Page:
Indonesia’s Foreign Ministry has announced that the Government of Indonesia will terminate its agreement with Norway on Reducing Emissions from Deforestation and Forest Degradation (“REDD”), just months after posting its lowest deforestation on record.
The move came after Norway continued to delay payments of approximately USD56 million to Indonesia for its deforestation reduction efforts, despite Indonesian meeting deforestation targets and fulfilling its obligations under the agreement.
It is understood from numerous public sources that the termination was made because NORAD, Norway’s aid agency, was seeking to place additional conditions on the payments. The Jakarta Post has reported that these included stipulations on the disbursement of the funds and additional due diligence work on the government agencies that would be distributing the funds.
This prompted Indonesia’s Deputy Environment Minister Alue Dohong to state: “We were wasting our time.”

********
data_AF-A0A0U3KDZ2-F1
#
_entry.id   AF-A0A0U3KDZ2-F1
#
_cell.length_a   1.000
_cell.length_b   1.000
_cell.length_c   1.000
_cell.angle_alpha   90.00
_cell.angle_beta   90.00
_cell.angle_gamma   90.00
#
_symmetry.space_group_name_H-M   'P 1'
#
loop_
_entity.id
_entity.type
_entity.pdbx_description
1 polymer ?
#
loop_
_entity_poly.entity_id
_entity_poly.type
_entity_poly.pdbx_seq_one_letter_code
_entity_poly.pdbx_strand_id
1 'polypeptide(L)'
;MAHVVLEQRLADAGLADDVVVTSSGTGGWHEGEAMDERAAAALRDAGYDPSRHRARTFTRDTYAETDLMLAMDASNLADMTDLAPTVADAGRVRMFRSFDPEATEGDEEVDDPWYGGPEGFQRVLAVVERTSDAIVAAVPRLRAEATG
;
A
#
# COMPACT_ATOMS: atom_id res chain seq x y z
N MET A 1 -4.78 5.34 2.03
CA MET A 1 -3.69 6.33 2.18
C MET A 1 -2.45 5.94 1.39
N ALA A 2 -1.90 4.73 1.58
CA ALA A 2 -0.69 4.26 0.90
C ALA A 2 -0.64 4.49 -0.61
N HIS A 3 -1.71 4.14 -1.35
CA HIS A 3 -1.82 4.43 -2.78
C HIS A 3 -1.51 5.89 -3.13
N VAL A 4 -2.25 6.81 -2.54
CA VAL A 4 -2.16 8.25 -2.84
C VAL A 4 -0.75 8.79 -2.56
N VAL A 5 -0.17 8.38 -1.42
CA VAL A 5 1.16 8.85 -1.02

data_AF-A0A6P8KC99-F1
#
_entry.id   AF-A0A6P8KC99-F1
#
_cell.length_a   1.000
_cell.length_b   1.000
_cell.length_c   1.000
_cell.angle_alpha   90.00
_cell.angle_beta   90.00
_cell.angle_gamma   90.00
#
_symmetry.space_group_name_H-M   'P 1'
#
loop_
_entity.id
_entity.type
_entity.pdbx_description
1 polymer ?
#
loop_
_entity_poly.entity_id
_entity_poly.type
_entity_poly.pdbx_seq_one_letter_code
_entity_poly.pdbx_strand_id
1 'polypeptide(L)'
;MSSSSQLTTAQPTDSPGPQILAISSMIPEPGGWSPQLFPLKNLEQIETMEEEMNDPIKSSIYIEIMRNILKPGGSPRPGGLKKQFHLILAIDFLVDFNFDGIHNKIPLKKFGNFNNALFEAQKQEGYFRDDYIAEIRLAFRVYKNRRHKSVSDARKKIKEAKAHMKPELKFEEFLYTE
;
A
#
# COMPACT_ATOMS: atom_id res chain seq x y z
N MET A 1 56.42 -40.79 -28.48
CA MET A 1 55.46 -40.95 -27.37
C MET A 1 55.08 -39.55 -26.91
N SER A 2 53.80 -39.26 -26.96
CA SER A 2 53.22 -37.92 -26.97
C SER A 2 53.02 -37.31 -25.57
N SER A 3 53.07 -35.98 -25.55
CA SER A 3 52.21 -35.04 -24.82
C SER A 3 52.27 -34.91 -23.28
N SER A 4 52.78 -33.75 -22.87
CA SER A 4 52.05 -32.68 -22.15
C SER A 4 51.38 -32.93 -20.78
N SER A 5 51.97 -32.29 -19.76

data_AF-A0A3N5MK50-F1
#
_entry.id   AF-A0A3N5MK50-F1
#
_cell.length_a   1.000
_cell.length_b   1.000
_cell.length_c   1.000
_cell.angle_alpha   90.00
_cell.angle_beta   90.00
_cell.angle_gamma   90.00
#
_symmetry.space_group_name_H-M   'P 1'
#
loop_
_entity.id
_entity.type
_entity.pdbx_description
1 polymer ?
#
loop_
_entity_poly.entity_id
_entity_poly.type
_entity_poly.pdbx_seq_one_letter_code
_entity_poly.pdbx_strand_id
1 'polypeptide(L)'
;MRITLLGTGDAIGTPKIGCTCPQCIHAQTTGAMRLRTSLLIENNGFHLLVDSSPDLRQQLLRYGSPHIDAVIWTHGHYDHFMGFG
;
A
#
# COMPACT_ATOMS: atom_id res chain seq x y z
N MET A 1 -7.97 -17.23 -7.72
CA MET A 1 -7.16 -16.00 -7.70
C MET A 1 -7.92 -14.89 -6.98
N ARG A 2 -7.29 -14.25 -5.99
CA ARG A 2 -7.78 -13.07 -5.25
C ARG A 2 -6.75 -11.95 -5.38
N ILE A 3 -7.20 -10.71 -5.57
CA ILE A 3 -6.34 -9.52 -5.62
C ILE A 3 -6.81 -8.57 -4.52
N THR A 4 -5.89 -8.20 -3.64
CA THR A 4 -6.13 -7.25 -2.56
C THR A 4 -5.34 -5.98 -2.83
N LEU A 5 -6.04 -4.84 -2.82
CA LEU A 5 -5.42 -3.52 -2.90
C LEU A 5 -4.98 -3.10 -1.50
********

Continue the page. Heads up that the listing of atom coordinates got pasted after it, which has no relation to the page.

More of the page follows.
As has been pointed out numerous times by Palm Oil Monitor, NORAD had granted significant sums of money to NGOs that were actively campaigning against Indonesian palm oil and palm oil certification systems in other markets, such as the United States, EU and UK.
This prompted some attacks by Indonesian politicians on NORAD’s activity in Indonesia.
A new funding round under the NORAD NGO program was announced at the end of July, which may well have added to Indonesia’s concerns about its relationship with Norway.
The move by Norway does not bode well for the upcoming climate conference in Glasgow later this year, where developed countries will be seeking greater commitments from developing countries on forest and climate.